Have you ever sat amongst a herd of elephants and felt a sense of calm and tranquillity fall over you as they move silently through the bush around you?
For those who have had the privilege of spending time on safari with these beautiful gentle giants this will be a feeling that you can most certainly relate to. The natural world is one that, time and time again, surprises us.
Below are five traits that elephants and humans have in common:
1. Family bond
Like humans, elephants have a very close-knit family bond. In the ideal world, a human family is loving, caring and protective of its members. Similar to humans, when a herd member has been absent or fallen behind, the herd shows great emotion when reconnected. This manifests as a combination of vocalisations and touch. The members will rub up against each other’s bodies and often intertwine their trunks. Humans place a high value on family and the bond between family members and similarly the fabric of elephant society is family.
In most human societies, when an individual shows signs of pain or distress, we step in and provide support, care and comfort to that individual. This includes simple behaviours such as communicating with the individual using language or through touch. Touch is one of many ways in which we communicate with one another. By simply hugging or holding an individual in pain we offer comfort, care and support. This very same behaviour has been witnessed in elephants. When an individual in a herd is in discomfort, other members of the herd have been seen to make noises in communication with the hurt individual and, in some instances, elephants have been seen using touch to comfort other individuals in the herd. By gently using their trunks, they comfort the distressed individual with a caress.
When watching elephants interact with one another we find ourselves fixated. Why is it that when we watch two young elephants bumping, chasing and playing with each other we can’t stop watching? Is it simply because we find it cute or humorous? Or do we relate to the mischievous side of the elephants inherent in ourselves? When young men are going through adolescence, there is competition amongst themselves for attention. Young men will push each other around, joke with one another and in some cases wrestle. Young bull elephants possess the same mindset. They have not quite reached the age to move away from the herd but being mischievous teenagers, they often test each other in front of other individuals of the herd for a ‘popularity’ ranking.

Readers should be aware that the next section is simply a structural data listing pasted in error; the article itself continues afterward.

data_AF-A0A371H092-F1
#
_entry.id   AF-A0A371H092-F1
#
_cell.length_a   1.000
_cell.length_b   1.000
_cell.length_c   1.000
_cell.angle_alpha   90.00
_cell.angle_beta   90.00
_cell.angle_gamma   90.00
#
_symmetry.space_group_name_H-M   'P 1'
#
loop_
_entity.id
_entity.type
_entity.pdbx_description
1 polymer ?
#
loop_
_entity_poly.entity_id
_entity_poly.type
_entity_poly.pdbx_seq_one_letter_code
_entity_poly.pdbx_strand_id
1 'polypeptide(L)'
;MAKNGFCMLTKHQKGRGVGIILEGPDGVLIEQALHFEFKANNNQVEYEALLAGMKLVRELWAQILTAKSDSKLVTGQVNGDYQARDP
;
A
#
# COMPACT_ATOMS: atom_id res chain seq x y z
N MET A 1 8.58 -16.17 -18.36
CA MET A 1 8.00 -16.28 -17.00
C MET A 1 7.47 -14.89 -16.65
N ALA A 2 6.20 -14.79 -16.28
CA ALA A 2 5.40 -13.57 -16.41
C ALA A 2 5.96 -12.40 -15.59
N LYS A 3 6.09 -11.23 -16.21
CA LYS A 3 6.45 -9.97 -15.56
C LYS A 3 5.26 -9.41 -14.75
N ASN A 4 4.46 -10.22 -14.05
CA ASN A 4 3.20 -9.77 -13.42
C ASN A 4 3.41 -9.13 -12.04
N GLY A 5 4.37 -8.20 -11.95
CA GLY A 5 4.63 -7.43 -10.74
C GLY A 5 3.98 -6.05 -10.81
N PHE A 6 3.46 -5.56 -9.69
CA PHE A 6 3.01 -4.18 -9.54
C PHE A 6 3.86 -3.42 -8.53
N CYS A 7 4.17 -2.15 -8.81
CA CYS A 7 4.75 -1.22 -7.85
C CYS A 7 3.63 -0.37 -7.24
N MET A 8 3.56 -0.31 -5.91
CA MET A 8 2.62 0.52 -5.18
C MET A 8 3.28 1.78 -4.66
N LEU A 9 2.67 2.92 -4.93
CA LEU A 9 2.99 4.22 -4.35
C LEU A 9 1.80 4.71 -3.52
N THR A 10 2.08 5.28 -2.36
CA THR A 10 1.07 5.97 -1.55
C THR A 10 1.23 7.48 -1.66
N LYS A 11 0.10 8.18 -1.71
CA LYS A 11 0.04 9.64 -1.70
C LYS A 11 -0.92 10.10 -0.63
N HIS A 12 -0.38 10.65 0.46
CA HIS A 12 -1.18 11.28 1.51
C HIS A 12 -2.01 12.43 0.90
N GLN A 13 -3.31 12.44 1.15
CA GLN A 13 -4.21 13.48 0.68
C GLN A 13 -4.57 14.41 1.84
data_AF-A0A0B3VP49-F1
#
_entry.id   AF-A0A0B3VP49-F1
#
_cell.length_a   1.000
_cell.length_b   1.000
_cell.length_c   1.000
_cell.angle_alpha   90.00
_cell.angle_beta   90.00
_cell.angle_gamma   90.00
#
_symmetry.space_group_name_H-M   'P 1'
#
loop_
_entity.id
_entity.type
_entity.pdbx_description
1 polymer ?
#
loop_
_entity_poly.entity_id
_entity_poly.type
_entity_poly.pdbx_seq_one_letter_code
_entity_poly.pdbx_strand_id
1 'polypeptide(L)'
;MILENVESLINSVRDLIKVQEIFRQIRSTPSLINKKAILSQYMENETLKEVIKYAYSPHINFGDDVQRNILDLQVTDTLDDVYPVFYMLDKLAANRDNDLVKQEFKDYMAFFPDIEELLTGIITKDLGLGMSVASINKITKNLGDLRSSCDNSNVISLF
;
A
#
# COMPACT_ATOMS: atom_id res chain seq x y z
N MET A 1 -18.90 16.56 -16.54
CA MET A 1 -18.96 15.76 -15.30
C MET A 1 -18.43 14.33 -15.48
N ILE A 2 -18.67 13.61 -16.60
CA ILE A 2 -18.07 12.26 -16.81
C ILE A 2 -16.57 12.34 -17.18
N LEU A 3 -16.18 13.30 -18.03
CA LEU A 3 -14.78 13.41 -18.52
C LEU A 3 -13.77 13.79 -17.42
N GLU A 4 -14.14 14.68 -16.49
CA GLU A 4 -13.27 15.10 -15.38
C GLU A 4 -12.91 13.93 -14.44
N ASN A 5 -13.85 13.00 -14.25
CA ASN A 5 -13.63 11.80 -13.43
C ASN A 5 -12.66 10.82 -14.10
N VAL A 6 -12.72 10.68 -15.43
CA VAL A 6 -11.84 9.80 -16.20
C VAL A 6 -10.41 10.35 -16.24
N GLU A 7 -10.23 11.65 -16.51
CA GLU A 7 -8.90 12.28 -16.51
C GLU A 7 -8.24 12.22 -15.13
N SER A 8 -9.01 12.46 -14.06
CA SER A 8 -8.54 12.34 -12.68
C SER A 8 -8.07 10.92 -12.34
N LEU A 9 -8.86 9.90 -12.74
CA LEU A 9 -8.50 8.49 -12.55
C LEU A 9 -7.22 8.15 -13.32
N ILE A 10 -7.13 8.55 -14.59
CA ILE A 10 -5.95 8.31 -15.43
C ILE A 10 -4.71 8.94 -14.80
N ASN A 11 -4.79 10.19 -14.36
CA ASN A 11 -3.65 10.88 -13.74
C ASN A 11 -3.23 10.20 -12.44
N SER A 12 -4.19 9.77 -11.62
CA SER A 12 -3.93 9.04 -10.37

Both humans and elephants have various methods of communicating. Just as we can tell how another person is feeling based on their body language, tone of voice and physical gestures, elephants too can communicate their emotional status.
Elephants have five main methods of communication:
– seismic communication (where depending on the frequency, sounds can be transmitted through the ground as vibrations);
– visual communication (many of us have witnessed the head-up, ears-out posture of a displeased elephant);
– chemical communication (elephant in musth);
– tactile communication (touch); and
– acoustic (sounds).
Much like with us humans, 70% of acoustic/verbal communication is done by the females and youngsters.
Elephants have been known to show distinct mourning behaviour when a family member dies. Humans go through a mourning period when a close relative or friend passes away. Humans generally hold a service in remembrance of the deceased and spend a large portion of their time healing from the pain of loss. It allows us time to remember who we have lost and deal with their passing so that we can move on.
Elephants have been known to do something very similar. They will sometimes spend hours with the individual that has passed away and even days in certain cases. The distress of the herd after the loss of a member is clear. Using their trunks, they will touch the remains of the lost member and reassure one another by rubbing up against each other, akin to holding their own ‘service of remembrance’. Elephants have also been known to spend time with the member’s remains when the herd passes through the area in the future, sometimes decades after the death. It is a time where they can once again recognise the life of the individual that has passed and show respect.
So next time you find yourself amongst a herd of elephants, remember to sit back and observe them, what are they doing? Why are they doing it? And how are they interacting with each other? You just might find something that you can relate to.